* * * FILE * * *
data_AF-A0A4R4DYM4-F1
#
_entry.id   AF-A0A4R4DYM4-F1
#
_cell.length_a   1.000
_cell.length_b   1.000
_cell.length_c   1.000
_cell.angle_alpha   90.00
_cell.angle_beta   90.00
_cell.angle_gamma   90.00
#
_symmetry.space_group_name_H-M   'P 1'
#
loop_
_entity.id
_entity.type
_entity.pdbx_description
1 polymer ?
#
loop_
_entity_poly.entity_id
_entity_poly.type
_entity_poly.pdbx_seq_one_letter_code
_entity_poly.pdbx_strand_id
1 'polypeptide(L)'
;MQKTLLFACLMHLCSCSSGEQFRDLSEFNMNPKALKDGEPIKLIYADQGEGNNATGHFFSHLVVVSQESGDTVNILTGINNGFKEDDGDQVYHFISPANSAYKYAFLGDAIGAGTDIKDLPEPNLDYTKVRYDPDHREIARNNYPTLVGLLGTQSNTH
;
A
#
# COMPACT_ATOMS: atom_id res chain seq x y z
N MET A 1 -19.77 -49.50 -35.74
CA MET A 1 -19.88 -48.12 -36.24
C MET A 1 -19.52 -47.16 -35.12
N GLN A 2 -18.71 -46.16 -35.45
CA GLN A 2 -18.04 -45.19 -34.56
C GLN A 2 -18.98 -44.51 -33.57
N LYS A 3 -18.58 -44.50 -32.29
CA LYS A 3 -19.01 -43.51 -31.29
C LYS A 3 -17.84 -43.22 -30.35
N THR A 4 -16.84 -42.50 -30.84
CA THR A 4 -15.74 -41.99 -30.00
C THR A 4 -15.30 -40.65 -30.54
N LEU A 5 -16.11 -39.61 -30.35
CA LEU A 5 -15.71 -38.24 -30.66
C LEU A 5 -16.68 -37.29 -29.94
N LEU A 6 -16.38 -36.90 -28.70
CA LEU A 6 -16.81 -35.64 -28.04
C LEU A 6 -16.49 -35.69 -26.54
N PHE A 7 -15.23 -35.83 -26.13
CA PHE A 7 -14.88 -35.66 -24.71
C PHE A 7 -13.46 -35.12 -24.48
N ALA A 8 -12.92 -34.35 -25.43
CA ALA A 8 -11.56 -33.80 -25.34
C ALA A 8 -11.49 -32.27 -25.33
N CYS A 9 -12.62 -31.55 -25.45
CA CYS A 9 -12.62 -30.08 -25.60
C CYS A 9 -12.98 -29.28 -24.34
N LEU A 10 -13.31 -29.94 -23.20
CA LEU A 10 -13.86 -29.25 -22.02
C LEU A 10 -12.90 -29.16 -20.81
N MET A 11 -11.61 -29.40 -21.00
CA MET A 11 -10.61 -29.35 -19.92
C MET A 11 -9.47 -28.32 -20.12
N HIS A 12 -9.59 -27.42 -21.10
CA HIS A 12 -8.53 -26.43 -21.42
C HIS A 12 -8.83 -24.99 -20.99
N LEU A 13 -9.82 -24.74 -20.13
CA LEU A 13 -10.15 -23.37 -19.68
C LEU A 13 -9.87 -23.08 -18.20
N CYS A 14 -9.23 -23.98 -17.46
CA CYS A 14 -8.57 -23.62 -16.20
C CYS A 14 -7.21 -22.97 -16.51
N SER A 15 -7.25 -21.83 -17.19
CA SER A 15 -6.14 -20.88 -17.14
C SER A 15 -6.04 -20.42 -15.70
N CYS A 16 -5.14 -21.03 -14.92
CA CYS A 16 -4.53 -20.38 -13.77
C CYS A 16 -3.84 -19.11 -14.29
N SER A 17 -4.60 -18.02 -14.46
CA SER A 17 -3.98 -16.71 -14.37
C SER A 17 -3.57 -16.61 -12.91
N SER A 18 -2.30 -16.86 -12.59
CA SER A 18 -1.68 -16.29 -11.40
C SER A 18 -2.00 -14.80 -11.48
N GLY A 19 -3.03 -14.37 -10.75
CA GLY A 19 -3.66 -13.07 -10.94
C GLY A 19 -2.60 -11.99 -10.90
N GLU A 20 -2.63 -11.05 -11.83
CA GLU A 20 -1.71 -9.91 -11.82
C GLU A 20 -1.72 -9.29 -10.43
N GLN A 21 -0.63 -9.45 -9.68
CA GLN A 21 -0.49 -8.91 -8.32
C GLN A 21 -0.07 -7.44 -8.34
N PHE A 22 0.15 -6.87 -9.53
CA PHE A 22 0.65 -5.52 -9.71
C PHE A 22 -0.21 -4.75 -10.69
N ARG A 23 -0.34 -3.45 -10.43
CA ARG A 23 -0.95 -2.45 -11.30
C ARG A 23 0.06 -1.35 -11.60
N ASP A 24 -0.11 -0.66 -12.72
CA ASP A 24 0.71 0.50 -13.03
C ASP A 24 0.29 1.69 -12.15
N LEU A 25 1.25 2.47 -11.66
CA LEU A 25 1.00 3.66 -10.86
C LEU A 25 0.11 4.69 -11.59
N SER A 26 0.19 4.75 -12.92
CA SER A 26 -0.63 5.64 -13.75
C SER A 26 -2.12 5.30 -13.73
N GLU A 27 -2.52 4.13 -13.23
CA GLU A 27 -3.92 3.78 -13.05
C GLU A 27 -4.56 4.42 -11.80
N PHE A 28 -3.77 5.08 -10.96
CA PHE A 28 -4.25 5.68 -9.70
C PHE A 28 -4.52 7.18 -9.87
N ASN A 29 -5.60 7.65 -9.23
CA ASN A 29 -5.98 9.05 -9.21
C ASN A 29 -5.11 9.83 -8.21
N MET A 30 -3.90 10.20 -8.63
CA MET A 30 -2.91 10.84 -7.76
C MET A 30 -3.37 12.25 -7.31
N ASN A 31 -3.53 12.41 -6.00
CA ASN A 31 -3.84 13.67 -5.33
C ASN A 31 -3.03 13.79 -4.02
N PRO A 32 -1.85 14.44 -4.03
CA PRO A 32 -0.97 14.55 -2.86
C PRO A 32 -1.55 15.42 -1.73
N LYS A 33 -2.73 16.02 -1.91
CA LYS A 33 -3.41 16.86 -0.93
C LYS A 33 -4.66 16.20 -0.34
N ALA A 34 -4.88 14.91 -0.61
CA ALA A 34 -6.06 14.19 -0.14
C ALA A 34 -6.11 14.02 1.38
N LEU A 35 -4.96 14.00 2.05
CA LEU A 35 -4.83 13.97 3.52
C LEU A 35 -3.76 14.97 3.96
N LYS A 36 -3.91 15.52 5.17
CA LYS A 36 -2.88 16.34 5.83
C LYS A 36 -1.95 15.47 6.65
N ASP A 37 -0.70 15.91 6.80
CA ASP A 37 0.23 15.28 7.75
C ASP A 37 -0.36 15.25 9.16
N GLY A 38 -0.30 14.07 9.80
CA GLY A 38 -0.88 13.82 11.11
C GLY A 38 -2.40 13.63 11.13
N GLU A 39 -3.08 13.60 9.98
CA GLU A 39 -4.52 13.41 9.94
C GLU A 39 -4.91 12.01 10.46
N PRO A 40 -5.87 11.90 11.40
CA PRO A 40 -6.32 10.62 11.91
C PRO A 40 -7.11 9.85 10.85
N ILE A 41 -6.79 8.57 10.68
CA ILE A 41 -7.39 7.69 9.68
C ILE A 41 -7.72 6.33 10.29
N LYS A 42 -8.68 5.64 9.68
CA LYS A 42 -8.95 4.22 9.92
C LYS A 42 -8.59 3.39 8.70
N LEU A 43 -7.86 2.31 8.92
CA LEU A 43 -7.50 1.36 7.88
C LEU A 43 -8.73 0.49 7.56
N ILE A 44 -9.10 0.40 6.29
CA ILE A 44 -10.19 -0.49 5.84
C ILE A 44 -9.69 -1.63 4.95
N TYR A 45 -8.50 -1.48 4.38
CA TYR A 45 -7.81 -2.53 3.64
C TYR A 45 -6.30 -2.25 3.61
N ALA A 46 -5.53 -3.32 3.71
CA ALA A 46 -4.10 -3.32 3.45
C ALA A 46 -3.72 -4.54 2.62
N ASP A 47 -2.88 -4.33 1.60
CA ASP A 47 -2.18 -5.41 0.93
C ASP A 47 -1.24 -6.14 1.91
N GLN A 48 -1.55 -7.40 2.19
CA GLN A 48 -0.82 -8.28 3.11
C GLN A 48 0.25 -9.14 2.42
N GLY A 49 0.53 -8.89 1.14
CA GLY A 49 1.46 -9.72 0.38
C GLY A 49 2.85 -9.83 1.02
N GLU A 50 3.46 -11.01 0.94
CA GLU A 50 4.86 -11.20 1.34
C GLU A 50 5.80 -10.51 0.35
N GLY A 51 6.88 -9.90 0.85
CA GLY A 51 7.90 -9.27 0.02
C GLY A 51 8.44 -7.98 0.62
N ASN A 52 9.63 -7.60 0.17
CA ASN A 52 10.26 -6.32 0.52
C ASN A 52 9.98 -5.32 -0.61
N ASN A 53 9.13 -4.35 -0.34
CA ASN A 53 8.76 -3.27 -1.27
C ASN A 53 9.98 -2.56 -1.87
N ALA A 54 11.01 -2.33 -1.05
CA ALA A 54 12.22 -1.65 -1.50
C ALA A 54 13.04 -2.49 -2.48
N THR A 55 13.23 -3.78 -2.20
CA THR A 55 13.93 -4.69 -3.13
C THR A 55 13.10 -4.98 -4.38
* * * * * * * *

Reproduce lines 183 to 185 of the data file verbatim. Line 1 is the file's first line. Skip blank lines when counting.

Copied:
C GLY A 51 8.44 -7.98 0.62
N ASN A 52 9.63 -7.60 0.17
CA ASN A 52 10.26 -6.32 0.52